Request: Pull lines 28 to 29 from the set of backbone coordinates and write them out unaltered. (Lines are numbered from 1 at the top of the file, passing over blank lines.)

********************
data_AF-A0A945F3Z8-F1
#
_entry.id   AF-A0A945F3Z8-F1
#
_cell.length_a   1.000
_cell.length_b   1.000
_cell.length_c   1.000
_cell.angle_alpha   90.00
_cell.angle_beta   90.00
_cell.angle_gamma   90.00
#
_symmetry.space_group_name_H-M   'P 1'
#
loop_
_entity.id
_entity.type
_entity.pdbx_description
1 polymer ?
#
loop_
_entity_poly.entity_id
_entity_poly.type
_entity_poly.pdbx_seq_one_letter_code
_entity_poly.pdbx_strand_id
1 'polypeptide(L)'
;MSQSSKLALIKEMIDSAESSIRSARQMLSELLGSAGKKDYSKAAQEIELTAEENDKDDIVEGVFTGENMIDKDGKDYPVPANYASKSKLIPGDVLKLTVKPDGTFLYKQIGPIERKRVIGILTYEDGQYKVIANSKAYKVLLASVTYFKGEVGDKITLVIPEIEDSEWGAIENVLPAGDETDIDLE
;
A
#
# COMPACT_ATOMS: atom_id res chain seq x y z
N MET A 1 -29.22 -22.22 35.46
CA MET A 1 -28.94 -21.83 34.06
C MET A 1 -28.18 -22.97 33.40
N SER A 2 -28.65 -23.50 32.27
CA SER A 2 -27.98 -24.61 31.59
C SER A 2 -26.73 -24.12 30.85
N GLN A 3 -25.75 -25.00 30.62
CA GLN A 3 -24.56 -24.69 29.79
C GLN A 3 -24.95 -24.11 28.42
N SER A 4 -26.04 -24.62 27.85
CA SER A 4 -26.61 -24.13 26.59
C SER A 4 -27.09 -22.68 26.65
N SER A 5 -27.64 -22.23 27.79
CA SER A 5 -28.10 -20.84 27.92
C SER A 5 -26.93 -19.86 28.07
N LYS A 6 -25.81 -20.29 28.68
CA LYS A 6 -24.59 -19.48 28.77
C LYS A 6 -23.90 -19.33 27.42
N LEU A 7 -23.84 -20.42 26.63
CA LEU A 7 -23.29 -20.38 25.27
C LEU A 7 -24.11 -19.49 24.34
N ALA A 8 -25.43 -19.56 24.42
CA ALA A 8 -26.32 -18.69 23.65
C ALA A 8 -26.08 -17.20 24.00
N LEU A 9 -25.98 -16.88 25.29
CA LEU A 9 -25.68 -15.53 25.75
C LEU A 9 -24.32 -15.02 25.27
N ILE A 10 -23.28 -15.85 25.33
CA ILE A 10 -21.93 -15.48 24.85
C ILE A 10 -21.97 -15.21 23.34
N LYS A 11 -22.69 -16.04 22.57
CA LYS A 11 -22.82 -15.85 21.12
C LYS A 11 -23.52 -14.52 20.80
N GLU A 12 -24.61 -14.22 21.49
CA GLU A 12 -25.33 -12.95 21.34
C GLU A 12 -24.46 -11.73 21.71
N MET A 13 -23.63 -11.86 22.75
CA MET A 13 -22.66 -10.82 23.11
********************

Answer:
A
#